Rima Das was alone in her cinematic explorations — till some children from Chhaygaon, her village in Assam, came on board. Lugging her Canon 5D, the self-taught Assamese filmmaker was rediscovering her roots in the village, during a break in the making of her first feature film, Man with the Binoculars (2016), when she spotted a bunch of boys at a local gathering impersonating members of a rock band. They were giving a mock performance wielding make-believe musical instruments made of thermocol. Fascinated, Das expressed her desire to make a film with them someday. From that moment on, she became a Pied Piper of sorts as the boys started following her around.
There would be others, too. While she was shooting with the boys and experimenting with camera angles and light, her young cousin Bhanita Das would accompany her, observing her keenly. Bhanita reminded Rima of her childhood, when she was labelled a “tomboy”. Eventually, she would cast Bhanita as Dhunu, the 10-year-old protagonist in her second feature film, Village Rockstars, and the boys became her co-actors. The film, set in Chhaygaon, follows Dhunu’s dreams of owning an electric guitar and her coming of age. While the script was developed over three-and-a-half-years, the filming was done in 150 days.
Village Rockstars premiered at the Toronto International Film Festival last month to critical appreciation. An authentic cast, unseen locations and organic story-telling came together to create magic in the little moments in the film — a rain-soaked Dhunu, with her head covered in a jaapi, playing her thermocol guitar wrapped in shiny paper in the courtyard of her thatched home; a bunch of children, lost in reverie, as they lounge on the branches of a tree.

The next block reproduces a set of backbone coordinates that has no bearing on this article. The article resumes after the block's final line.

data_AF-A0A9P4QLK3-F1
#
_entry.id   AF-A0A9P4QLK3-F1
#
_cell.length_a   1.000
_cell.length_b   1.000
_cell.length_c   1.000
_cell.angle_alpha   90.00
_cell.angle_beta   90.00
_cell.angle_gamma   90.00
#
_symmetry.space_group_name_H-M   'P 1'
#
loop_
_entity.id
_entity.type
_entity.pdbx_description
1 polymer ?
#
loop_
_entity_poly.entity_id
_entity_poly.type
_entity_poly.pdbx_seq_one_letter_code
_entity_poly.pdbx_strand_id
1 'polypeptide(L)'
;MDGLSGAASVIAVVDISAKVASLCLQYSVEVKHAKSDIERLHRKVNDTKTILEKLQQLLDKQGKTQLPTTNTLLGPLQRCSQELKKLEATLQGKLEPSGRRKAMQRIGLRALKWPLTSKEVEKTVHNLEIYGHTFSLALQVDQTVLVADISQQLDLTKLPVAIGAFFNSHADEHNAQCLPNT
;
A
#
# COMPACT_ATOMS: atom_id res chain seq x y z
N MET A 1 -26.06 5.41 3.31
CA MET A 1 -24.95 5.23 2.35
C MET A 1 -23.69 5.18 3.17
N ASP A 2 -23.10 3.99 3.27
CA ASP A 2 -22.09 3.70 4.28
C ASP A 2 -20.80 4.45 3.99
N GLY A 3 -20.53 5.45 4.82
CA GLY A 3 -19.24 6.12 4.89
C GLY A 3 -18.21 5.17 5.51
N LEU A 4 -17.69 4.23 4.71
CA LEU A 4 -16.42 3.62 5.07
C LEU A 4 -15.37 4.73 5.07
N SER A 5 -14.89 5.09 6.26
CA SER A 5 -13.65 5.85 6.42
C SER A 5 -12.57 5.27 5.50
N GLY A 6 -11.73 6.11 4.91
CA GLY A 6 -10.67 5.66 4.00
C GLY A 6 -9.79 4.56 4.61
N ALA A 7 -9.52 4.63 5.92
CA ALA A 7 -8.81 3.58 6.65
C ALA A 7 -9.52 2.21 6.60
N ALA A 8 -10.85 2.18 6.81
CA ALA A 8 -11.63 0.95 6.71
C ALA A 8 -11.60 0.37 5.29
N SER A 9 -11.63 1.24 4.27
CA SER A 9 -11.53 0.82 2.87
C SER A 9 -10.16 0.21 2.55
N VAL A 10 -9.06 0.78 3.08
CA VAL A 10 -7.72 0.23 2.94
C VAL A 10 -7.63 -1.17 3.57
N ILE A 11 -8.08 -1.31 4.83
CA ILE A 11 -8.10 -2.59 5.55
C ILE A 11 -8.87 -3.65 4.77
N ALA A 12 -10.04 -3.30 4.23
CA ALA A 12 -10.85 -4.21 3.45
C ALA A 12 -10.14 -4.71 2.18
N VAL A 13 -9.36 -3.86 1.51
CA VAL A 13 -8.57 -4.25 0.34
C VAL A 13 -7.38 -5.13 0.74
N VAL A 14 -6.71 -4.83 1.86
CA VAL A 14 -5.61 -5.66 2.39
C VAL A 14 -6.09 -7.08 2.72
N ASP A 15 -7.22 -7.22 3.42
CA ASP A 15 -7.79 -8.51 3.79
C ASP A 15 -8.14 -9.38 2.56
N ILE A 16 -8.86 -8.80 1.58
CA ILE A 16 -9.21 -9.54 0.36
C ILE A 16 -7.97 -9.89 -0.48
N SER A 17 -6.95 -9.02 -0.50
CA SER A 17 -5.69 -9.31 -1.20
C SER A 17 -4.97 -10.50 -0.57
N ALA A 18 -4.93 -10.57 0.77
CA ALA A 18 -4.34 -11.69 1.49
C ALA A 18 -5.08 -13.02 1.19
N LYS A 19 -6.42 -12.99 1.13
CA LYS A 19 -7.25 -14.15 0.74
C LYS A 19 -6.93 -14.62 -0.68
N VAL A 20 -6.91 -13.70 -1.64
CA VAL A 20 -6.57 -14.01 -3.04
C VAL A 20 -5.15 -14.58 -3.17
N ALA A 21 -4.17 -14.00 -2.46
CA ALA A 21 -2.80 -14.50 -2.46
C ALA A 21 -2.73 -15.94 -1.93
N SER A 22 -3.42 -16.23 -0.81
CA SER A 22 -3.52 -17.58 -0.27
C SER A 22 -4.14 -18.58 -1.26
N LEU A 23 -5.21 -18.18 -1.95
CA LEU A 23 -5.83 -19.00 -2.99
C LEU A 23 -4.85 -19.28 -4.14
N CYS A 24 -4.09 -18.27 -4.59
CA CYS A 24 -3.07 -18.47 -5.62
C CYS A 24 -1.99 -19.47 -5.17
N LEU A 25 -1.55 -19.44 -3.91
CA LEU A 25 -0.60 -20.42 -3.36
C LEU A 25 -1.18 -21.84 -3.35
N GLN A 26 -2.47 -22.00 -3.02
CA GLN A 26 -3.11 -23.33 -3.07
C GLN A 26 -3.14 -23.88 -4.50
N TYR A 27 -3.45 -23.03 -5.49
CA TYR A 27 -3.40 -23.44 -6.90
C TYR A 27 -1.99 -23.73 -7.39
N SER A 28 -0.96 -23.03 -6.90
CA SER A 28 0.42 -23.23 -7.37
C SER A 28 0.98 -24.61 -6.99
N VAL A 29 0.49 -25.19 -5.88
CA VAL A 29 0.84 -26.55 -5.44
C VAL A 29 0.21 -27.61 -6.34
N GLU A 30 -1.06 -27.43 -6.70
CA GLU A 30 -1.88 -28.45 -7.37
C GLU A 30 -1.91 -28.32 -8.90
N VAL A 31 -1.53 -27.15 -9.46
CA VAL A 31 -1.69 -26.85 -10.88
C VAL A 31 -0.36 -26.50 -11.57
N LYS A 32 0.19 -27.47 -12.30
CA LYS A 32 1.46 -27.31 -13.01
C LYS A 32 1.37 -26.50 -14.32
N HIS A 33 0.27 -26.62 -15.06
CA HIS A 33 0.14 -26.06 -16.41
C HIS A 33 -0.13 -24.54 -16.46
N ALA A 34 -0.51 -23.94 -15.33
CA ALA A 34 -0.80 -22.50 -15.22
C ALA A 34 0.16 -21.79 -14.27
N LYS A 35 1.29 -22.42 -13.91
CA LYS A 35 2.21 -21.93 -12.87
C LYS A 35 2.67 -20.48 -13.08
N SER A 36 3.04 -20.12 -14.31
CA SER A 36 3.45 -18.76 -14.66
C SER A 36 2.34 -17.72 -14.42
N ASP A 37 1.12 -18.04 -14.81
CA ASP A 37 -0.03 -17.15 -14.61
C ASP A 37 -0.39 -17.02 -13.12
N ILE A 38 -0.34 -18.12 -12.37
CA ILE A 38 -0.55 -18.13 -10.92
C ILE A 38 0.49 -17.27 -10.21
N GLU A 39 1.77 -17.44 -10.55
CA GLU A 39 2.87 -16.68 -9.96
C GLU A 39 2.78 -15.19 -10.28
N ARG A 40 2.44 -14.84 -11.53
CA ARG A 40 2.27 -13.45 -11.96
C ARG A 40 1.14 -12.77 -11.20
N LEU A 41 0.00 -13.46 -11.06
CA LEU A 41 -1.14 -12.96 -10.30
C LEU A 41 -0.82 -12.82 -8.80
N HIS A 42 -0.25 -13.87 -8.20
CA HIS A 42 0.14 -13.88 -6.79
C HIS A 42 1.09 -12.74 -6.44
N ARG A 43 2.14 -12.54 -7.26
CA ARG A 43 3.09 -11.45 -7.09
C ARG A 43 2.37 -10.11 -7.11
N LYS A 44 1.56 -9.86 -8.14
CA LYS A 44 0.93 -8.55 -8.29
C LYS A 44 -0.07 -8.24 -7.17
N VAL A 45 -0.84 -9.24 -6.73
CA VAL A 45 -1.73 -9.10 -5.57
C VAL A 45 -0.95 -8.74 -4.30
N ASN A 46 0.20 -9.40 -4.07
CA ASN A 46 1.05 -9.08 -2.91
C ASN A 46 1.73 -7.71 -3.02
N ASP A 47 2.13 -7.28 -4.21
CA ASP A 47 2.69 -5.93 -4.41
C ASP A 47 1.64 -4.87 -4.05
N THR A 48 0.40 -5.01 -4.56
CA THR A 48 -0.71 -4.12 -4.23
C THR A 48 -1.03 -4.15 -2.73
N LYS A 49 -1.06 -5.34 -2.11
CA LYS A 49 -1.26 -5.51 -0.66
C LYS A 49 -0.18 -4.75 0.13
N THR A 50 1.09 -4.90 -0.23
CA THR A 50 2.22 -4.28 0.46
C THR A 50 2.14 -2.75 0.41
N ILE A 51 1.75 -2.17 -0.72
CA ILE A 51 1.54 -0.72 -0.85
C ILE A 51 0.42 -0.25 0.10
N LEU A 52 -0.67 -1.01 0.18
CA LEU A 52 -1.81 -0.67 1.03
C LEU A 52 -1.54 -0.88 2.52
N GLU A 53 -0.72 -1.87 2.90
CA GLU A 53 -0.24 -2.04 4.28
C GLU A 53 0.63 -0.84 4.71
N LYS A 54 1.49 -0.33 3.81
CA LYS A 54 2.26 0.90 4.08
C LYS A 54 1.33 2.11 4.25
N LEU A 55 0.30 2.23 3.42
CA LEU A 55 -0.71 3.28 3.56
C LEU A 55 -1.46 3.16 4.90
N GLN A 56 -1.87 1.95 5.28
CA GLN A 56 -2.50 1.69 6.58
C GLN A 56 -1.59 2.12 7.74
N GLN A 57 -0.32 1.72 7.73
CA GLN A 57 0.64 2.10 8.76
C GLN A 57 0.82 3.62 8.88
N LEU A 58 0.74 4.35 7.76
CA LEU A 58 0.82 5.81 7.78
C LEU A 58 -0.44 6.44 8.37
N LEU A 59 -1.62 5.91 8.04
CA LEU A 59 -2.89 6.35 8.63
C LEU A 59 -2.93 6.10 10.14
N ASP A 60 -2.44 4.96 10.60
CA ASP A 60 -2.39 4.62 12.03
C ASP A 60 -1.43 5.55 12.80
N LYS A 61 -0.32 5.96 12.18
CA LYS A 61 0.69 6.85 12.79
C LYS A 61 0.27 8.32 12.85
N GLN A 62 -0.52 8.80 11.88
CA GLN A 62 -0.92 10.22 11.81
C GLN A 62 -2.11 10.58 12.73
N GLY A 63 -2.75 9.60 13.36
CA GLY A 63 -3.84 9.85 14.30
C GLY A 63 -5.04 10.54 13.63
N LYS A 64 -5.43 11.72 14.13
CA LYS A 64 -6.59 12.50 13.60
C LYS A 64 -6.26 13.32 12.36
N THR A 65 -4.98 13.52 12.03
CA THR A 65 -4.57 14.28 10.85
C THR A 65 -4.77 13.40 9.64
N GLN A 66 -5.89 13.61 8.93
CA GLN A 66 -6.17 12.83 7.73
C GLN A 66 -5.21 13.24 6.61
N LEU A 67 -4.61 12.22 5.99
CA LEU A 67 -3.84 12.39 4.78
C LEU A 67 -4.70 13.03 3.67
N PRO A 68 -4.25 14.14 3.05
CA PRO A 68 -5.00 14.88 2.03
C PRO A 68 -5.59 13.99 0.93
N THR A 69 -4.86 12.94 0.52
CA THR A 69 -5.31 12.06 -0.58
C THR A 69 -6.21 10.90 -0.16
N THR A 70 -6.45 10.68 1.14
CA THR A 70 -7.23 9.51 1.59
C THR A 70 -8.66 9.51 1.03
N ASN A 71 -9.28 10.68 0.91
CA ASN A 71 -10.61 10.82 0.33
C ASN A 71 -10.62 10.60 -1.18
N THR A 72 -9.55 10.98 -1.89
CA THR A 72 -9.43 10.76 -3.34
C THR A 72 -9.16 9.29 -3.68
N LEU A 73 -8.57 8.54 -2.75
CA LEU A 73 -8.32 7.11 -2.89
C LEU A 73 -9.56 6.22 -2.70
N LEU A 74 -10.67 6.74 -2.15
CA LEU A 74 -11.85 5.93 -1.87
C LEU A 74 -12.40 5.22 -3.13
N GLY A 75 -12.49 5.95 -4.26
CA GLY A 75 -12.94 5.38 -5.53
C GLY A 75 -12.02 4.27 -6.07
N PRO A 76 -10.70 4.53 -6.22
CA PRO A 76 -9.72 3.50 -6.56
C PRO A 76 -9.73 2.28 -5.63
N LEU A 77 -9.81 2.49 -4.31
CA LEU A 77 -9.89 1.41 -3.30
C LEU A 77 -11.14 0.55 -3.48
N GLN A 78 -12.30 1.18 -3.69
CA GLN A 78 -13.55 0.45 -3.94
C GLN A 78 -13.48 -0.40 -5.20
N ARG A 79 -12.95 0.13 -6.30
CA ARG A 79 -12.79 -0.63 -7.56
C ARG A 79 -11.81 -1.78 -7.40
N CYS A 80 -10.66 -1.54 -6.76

What’s made critics and cine-lovers marvel is the fact that Rima is almost a one-woman crew who has written, directed, produced, edited and shot the movie. That’s no mean feat, given that Rima has neither gone to a film school nor has she assisted anyone. Village Rockstars, which had a European premiere last month at the San Sebastian International Film Festival, was screened under the India Gold section of the ongoing Mumbai Film Festival and is the closing film of the Dharamshala International Film Festival scheduled next month.
Rima says she had always wanted to become an actor. That was what brought her to Mumbai in 2003 after finishing her graduation in sociology from Cotton College, Guwahati, and Master’s from Pune University. “I was around six years old when I first acted in a school play. When I moved to Mumbai, I had even cleared the NET examinations. Still, I decided to give acting a shot,” says Rima. During her initial days in Mumbai, she acted in plays, even featuring in an adaptation of Premchand’s Godaan, which was staged at the Prithvi Theatre.
Disillusionment followed soon afterwards. Work was hard to come by, even if the auditions were neverending. “During my school and college days, I was always considered to be a good actress. The failure to get acting assignments in Mumbai pushed me into depression. My Hindi and Urdu, too, were a problem. But, in Mumbai, I got exposed to the larger world of cinema. Slowly, my interest shifted to filmmaking,” says Das, whose father is a teacher and mother runs a bookstore and a printing press.